The effects of barotrauma on the short‐term mortality and physical condition of Australian bass Macquaria novemaculeata were investigated after being: (1) conventionally angled and released during two tournaments in deep impoundments and (2) released untreated or subjected
to venting or recompression during a manipulative experiment. All fish were released into two 20 m deep bathy‐cages and monitored for 3 days. Of 238 M. novemaculeata angled during the tournaments, 43 (18·1%) had clinical signs of barotrauma or were vented and five of these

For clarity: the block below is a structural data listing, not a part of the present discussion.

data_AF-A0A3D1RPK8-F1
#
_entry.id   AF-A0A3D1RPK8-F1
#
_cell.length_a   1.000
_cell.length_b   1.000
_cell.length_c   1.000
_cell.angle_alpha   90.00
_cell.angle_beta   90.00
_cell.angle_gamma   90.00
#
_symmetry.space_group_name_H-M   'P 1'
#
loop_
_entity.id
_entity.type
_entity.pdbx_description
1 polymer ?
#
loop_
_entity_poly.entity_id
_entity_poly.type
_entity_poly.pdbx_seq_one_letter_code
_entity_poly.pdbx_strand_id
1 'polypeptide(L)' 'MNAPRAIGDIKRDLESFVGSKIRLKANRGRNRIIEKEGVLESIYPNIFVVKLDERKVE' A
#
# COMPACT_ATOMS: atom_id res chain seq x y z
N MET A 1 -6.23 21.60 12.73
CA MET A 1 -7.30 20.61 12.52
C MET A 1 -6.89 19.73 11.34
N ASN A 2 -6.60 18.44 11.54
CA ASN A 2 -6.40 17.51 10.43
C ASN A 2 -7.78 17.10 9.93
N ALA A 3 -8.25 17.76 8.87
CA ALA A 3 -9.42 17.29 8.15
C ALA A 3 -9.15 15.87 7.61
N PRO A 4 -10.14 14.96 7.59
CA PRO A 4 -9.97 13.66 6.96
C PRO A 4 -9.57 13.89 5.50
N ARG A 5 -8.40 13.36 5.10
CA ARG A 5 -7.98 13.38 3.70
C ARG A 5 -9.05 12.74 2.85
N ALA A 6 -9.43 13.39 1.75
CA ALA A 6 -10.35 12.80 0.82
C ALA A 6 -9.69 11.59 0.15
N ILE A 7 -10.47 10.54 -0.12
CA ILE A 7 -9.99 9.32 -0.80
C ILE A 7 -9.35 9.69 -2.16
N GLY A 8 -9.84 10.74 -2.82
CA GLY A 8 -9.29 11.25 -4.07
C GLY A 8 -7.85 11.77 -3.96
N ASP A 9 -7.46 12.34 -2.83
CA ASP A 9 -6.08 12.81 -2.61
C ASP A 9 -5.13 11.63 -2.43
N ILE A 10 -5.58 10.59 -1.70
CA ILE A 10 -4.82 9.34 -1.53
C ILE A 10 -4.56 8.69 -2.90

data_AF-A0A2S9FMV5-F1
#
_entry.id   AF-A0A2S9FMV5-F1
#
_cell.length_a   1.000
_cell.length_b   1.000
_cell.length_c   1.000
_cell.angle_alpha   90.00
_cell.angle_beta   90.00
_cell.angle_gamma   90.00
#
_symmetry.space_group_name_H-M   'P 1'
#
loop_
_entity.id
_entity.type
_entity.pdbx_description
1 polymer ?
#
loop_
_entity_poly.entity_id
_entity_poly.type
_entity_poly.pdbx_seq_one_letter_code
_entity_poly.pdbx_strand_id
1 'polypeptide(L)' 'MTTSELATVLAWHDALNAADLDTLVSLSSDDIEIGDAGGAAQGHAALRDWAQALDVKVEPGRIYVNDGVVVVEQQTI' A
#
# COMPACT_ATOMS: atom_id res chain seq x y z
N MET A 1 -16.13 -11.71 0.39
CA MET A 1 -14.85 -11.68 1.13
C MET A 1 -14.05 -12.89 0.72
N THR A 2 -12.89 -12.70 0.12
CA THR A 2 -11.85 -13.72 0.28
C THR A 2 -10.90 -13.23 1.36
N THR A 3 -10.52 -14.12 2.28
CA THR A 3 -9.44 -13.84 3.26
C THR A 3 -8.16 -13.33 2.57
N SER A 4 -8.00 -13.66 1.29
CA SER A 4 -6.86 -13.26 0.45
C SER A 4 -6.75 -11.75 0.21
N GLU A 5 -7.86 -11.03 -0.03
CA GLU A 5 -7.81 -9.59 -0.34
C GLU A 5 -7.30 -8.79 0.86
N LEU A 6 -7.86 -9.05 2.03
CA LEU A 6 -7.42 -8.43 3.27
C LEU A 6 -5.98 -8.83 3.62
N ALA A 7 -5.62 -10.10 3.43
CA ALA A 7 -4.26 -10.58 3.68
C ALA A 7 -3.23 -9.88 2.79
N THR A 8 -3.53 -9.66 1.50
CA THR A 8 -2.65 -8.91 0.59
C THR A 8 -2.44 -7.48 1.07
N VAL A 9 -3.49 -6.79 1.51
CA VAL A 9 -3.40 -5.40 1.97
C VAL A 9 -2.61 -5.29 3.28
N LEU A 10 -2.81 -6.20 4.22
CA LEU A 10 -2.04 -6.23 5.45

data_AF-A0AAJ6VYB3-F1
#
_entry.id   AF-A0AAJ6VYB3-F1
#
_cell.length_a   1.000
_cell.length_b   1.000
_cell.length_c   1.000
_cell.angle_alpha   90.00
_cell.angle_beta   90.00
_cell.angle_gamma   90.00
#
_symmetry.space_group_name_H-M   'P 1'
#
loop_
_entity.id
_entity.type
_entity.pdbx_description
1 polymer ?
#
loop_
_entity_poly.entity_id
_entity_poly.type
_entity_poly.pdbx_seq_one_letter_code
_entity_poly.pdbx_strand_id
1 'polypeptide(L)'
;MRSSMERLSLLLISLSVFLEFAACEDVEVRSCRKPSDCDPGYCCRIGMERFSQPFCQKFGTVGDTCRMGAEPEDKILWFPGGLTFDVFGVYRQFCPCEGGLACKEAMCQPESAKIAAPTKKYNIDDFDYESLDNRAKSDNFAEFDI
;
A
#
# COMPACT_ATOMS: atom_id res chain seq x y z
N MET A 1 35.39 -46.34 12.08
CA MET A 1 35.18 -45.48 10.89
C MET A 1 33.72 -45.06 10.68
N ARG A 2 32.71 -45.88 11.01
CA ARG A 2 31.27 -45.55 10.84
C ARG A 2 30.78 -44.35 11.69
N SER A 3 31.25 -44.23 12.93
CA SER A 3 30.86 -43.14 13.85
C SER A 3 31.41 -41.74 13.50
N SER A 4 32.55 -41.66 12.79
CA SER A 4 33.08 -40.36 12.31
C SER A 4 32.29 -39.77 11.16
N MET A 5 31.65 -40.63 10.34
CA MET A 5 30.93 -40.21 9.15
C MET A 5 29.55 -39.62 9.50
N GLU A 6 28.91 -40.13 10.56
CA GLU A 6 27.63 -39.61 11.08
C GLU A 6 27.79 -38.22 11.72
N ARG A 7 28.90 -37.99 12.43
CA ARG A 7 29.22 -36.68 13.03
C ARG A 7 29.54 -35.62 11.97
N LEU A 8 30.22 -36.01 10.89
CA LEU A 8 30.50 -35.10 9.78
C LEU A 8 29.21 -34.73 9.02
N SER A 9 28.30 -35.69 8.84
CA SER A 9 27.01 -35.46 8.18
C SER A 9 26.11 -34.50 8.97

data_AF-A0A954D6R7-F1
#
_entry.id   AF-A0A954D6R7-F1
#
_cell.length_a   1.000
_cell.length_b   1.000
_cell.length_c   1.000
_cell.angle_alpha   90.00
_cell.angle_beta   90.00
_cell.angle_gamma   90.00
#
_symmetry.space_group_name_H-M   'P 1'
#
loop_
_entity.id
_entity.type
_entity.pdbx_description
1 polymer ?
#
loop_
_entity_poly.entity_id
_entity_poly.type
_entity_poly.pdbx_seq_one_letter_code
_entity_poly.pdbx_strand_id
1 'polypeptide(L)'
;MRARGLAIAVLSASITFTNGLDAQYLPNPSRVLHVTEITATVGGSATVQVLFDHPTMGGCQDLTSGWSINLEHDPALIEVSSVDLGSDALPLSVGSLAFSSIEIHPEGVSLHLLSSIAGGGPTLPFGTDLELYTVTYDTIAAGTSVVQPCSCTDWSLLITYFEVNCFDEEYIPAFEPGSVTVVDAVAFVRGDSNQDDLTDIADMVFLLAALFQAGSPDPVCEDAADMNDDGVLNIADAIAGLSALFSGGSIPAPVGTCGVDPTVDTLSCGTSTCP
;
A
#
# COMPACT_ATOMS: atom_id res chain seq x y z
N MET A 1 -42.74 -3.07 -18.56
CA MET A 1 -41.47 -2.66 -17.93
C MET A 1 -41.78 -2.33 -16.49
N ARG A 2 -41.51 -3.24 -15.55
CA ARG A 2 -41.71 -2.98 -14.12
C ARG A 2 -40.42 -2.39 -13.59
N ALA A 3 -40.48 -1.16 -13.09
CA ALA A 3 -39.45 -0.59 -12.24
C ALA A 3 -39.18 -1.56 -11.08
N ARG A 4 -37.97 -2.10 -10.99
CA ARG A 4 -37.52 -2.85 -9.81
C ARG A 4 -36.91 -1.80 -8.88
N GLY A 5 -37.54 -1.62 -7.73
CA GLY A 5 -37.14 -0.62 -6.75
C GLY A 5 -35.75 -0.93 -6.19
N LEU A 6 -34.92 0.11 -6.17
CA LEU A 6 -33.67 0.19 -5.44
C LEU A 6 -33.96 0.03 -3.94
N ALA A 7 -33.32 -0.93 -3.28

later died (11·6% mortality). Catch histories varied significantly between both barotrauma and non‐barotrauma fish and tournaments, but only hook ingestion significantly influenced mortality (P < 0·05). During the manipulative experiment, venting significantly
influenced mortality (13·3%) compared to no treatment or recompression (no deaths). Magnetic resonance images and dissections of barotrauma fish indicated large variation among clinical signs. On the basis of these results, wherever possible M. novemaculeata suffering barotrauma
should be immediately released with no treatment. Fish that are unable to resubmerge should be recompressed, while those held in live wells and released in shallow water should be vented.